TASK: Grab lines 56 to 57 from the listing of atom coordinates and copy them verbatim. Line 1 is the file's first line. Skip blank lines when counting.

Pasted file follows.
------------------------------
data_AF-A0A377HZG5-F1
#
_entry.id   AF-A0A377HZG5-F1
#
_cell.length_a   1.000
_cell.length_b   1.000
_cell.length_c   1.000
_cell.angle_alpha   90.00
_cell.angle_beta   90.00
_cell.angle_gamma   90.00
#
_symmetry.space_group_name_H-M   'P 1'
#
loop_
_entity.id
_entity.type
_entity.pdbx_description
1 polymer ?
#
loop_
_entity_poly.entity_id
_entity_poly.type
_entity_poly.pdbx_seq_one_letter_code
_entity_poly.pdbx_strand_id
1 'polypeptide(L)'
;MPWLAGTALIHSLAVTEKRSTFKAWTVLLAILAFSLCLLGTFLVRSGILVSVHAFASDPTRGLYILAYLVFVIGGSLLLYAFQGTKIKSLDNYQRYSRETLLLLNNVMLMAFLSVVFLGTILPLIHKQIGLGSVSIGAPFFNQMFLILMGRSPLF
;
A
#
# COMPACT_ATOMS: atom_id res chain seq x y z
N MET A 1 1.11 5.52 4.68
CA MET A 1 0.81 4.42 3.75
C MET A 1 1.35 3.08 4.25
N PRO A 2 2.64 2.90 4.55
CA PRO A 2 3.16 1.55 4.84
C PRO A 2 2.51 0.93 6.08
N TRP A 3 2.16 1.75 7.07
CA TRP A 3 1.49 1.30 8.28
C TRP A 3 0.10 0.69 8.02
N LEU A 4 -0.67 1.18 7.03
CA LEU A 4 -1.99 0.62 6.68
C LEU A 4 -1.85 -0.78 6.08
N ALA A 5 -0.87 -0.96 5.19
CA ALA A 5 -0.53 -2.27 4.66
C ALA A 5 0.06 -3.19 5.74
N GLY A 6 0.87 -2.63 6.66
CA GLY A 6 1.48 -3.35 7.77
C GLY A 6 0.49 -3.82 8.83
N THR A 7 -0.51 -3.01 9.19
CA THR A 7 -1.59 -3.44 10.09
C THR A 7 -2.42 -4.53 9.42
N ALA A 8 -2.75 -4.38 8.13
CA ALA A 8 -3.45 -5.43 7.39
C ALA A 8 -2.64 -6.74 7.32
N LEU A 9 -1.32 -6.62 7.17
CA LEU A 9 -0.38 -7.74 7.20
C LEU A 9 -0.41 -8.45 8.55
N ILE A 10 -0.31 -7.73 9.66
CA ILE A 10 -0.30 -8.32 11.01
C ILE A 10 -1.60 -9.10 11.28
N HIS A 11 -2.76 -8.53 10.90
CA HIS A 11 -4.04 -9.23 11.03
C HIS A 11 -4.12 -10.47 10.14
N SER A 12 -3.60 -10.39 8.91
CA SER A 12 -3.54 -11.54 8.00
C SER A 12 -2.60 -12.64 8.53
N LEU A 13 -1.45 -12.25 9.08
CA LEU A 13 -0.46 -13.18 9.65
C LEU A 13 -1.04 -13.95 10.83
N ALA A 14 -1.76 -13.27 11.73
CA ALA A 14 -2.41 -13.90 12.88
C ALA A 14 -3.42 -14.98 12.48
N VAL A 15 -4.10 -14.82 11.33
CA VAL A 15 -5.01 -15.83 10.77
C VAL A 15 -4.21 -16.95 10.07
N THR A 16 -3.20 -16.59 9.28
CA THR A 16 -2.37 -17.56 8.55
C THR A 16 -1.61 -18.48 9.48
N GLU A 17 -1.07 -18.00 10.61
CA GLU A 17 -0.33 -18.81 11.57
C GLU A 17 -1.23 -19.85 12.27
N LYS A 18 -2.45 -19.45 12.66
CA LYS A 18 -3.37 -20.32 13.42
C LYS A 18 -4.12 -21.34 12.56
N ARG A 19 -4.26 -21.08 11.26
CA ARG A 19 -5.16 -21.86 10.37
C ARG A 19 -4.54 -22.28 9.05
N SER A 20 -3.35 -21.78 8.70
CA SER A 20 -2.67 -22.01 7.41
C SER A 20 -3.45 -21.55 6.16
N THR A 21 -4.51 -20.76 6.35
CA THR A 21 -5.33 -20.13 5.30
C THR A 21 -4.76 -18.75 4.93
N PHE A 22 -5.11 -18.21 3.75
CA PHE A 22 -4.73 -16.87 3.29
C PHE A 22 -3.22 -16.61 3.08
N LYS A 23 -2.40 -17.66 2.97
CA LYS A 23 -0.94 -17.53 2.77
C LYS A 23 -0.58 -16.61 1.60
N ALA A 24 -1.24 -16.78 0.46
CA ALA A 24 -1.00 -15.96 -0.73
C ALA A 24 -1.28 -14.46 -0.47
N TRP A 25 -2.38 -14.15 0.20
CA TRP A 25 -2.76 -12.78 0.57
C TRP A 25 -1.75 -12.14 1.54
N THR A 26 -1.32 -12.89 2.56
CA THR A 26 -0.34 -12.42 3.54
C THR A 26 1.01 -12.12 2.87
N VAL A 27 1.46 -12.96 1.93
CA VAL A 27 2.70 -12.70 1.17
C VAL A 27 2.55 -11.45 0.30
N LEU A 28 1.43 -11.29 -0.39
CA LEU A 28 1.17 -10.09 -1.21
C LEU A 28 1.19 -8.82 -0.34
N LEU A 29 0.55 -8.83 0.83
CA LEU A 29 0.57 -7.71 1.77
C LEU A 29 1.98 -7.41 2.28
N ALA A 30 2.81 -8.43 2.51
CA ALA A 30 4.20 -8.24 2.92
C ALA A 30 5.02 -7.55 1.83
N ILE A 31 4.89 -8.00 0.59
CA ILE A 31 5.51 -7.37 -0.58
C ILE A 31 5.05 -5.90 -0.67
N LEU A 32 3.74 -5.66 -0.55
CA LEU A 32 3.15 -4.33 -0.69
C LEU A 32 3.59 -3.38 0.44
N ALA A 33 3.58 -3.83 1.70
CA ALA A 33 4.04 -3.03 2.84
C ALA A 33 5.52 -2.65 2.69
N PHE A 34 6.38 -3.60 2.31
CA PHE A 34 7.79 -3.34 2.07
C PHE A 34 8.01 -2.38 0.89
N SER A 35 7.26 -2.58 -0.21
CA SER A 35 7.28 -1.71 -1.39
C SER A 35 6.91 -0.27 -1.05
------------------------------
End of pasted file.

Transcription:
CA LEU A 9 -0.38 -7.74 7.20
C LEU A 9 -0.41 -8.45 8.55